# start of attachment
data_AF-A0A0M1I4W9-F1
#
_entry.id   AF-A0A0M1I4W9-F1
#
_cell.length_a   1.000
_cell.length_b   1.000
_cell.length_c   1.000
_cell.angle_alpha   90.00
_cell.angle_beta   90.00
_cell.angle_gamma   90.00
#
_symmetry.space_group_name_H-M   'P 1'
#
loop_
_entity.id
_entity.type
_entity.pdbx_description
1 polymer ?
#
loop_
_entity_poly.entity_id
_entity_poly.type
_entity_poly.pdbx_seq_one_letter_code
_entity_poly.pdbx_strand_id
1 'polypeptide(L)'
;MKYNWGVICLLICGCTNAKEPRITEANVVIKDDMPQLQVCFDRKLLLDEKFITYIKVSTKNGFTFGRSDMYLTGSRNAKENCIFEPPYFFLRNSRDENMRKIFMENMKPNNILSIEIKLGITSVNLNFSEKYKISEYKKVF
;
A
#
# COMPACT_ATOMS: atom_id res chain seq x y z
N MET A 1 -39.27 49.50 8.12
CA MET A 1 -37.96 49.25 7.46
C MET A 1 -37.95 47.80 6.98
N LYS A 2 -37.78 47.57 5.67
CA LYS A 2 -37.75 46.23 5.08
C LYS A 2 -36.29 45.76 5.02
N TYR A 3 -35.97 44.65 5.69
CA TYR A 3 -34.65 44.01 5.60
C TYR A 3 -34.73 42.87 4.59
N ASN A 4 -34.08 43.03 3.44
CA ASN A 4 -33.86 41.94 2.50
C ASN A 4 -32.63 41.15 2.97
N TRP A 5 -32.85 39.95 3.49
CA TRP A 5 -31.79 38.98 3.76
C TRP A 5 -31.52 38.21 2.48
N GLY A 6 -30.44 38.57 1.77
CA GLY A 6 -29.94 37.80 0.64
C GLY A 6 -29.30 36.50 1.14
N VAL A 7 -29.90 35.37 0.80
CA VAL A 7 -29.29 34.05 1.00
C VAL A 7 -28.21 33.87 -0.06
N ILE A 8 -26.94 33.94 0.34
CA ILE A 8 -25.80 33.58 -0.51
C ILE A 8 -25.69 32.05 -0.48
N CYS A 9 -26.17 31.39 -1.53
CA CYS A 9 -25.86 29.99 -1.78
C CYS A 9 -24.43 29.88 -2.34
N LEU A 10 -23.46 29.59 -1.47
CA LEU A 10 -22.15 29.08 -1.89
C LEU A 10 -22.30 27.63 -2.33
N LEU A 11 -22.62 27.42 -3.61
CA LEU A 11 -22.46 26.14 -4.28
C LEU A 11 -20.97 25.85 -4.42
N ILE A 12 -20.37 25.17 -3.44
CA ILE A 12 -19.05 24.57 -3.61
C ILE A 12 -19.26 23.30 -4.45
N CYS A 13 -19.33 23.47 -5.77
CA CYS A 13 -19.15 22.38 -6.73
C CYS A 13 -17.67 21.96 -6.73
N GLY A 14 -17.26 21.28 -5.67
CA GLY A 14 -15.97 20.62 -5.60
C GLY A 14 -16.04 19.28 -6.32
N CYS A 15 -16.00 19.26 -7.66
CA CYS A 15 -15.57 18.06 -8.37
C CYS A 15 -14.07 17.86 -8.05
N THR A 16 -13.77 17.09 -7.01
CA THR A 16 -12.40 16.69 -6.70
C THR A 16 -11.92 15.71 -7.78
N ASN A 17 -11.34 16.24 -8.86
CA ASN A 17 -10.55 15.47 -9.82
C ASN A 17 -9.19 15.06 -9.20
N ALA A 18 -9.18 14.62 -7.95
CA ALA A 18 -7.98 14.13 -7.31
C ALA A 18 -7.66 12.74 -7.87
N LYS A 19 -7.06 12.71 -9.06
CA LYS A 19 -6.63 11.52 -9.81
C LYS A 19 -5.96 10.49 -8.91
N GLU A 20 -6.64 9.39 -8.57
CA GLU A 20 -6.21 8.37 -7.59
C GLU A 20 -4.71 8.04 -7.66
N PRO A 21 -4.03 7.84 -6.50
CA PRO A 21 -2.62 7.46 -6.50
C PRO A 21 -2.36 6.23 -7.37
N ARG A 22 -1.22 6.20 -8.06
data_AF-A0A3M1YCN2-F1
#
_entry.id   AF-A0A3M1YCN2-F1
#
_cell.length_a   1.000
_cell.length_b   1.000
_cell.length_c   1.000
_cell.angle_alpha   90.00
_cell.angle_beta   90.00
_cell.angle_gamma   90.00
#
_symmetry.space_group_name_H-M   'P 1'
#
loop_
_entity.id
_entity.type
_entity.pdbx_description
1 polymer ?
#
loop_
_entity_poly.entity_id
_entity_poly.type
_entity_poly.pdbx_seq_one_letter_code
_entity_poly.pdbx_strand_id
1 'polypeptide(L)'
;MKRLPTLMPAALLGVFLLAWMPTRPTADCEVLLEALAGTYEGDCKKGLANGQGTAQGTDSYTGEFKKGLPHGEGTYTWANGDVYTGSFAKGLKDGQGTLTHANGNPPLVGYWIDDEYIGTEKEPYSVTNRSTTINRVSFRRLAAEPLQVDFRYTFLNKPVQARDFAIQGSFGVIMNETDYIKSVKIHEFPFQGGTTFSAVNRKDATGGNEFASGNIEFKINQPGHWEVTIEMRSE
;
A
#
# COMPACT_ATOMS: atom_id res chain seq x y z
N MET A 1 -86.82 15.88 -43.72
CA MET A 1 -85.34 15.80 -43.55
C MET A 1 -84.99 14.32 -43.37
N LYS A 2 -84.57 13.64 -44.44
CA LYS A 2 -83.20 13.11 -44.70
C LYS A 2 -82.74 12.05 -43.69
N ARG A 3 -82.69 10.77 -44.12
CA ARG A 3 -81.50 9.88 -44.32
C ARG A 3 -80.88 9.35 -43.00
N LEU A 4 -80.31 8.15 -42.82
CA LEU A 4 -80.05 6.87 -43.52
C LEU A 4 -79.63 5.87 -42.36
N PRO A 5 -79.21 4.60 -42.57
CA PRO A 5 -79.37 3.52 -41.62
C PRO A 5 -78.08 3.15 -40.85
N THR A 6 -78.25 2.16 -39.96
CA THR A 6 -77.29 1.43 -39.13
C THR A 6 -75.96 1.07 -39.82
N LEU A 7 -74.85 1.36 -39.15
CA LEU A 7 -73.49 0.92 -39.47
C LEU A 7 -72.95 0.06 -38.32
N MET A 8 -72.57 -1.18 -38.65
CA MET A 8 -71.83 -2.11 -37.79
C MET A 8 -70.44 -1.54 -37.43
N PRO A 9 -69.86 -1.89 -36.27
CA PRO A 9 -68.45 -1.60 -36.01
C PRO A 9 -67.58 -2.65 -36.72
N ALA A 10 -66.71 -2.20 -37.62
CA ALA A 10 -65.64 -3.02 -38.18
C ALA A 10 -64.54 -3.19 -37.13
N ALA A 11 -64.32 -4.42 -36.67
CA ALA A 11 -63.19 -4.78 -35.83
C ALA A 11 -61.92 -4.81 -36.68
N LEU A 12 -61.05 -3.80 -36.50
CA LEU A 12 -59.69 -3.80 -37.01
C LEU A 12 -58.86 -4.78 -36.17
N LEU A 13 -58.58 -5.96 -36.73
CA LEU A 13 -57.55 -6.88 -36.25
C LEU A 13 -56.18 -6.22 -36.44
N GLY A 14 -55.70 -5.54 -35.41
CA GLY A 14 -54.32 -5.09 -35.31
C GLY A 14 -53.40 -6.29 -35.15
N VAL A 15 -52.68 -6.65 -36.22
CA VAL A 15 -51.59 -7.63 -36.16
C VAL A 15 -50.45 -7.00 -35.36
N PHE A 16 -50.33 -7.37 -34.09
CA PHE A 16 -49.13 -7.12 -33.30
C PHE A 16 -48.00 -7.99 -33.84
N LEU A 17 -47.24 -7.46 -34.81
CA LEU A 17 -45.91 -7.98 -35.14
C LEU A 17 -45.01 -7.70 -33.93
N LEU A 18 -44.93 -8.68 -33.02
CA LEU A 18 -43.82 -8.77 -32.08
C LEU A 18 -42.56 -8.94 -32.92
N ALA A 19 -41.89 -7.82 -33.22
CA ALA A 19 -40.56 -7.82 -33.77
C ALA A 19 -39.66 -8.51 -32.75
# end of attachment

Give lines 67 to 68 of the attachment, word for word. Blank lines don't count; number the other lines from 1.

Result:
N CYS A 13 -19.33 23.47 -5.77
CA CYS A 13 -19.15 22.38 -6.73